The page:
In rural New Hampshire, a Spanish teacher took down a “Black Lives Matter” sign in her classroom.
In Lubbock, Texas, a social studies teacher felt that candid political discussions with students were becoming “kind of like a tightrope.”
And in Oklahoma City, a history teacher began to think twice about using the word “white” to describe people who defended slavery.
In February, public-school teachers traditionally shape lessons around Black History Month. But this year, educators in several states are handling their classes a bit more gingerly.
Republican-led legislatures in several states passed laws last year to ban or limit schools from teaching that racism is infused in American institutions. And while students in those states are still learning about activists like Ida B. Wells and Claudette Colvin, and eras like Reconstruction and the civil rights movement, some teachers are also exercising a quiet restraint.
pandemic safety to struggling students to staff shortages.
“I am not going to let any of these laws deter me from the things that I think work best for students,” said Eric Parker, the history teacher in Oklahoma. “But I also enjoy working with students and having a roof over my head.”
Since January 2021, according to a list compiled by Education Week, 37 states have introduced measures to limit how race and discrimination can be taught in public school classrooms, and 14 have imposed laws or rules to enforce these restrictions.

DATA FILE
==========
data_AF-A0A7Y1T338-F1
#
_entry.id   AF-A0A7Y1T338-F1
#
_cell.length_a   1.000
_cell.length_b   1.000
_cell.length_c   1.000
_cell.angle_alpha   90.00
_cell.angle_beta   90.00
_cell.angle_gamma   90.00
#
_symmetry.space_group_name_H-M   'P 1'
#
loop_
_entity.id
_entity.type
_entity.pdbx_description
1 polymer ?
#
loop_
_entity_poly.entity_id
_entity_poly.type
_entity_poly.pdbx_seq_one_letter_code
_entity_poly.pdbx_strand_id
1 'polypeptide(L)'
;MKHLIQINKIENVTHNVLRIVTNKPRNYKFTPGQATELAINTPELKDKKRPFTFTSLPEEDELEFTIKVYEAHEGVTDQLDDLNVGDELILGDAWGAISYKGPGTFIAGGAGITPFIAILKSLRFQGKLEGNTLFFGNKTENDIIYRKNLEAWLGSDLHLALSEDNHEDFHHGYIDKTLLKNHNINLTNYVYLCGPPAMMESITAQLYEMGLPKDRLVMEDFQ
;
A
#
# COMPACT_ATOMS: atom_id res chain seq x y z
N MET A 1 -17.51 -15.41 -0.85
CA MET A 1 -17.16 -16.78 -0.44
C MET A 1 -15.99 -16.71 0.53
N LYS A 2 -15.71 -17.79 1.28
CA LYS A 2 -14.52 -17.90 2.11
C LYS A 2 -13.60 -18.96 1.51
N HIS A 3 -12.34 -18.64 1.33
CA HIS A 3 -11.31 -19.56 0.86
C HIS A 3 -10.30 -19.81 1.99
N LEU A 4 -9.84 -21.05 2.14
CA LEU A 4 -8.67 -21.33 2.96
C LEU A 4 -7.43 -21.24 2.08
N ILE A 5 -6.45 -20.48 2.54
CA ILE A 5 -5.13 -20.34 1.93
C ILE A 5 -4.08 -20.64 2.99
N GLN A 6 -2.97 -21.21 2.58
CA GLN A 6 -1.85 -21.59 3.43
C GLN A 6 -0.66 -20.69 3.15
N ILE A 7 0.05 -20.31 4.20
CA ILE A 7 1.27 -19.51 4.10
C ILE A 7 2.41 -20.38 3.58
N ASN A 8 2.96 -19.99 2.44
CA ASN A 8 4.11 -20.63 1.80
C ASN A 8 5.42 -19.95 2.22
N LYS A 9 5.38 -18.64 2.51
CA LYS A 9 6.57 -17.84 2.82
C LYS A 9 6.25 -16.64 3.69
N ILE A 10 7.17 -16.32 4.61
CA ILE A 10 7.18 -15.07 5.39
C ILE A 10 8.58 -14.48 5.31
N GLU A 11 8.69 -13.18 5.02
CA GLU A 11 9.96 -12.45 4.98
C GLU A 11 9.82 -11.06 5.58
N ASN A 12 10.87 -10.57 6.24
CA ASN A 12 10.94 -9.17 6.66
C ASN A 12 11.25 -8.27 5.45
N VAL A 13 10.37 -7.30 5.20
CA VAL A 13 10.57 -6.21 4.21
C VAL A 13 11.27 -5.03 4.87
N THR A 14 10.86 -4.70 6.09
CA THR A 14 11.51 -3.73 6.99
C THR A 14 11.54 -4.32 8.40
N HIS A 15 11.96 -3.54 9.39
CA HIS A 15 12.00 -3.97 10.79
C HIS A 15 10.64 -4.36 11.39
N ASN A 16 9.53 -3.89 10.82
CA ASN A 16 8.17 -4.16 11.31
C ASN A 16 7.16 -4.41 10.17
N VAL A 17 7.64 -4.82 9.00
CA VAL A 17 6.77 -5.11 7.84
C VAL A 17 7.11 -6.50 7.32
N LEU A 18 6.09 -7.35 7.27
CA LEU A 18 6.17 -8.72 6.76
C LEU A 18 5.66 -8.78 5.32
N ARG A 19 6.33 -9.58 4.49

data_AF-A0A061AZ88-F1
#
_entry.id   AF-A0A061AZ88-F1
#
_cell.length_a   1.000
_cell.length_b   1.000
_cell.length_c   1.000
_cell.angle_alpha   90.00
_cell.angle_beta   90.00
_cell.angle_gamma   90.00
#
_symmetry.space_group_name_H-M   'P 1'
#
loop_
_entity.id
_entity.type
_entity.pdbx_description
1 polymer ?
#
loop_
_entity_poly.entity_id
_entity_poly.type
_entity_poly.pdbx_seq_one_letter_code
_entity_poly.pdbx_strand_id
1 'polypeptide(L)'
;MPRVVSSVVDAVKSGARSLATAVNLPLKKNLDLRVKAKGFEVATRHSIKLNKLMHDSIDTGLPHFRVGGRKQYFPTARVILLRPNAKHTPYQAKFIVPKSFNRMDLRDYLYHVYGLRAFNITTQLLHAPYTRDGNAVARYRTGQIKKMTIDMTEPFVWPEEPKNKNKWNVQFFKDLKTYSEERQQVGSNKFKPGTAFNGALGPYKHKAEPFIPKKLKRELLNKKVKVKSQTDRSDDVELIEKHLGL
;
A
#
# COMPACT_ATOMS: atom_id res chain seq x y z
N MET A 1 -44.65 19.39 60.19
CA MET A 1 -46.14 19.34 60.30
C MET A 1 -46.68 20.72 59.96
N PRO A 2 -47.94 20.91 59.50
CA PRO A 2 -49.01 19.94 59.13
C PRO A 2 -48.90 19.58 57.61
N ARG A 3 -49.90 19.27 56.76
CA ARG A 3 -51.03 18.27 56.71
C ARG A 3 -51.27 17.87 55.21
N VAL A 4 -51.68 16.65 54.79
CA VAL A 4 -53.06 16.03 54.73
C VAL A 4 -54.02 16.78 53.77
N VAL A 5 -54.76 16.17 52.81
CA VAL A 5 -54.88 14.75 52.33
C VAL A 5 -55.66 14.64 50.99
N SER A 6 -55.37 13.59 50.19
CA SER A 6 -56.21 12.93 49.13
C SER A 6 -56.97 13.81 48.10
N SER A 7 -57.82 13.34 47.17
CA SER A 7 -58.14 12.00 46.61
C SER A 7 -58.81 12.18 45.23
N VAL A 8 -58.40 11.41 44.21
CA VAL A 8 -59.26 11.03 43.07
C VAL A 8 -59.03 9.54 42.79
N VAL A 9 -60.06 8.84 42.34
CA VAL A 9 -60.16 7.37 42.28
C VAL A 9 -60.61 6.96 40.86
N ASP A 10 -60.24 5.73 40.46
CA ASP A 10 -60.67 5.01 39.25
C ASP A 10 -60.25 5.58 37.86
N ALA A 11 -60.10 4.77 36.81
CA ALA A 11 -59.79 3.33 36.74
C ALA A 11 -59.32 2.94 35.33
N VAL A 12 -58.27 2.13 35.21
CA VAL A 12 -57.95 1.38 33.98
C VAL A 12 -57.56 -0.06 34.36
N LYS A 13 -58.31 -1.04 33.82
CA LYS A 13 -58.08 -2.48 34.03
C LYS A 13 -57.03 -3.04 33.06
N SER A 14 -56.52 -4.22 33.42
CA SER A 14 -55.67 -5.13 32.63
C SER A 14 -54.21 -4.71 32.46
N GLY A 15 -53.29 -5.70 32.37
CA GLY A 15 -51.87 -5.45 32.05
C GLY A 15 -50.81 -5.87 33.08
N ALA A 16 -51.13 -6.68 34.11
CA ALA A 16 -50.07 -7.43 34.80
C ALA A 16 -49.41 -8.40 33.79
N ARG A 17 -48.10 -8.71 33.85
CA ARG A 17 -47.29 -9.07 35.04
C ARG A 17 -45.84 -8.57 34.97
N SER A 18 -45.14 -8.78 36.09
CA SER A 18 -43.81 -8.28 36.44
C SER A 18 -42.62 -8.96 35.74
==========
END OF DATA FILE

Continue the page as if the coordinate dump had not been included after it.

“This legislation is very nebulous,” said Grace Leatherman, the executive director of the National Council for History Education. “There is certainly a chilling effect.”
educators have left or have lost their jobs amid debates over these new laws, there have not been reports of widespread terminations of teachers.
And defenders of the measures say that they are not meant to stifle teachers’ speech.
Gov. Chris Sununu of New Hampshire signed a bill in July that says no public employer should teach that people of any particular race or gender were “inherently racist, sexist, or oppressive.”
“Nothing in this bill prevents schools from teaching any aspect of American history, such as teaching about racism, sexism or slavery,” said Benjamin Vihstadt, a spokesman for the governor.
He added that teachers were “continuing these important lessons during Black History Month — as they should.”
David Bullard, a state senator who sponsored a similar law in Oklahoma, has said that it is “false that the bill prohibits the teaching of racial topics or history.”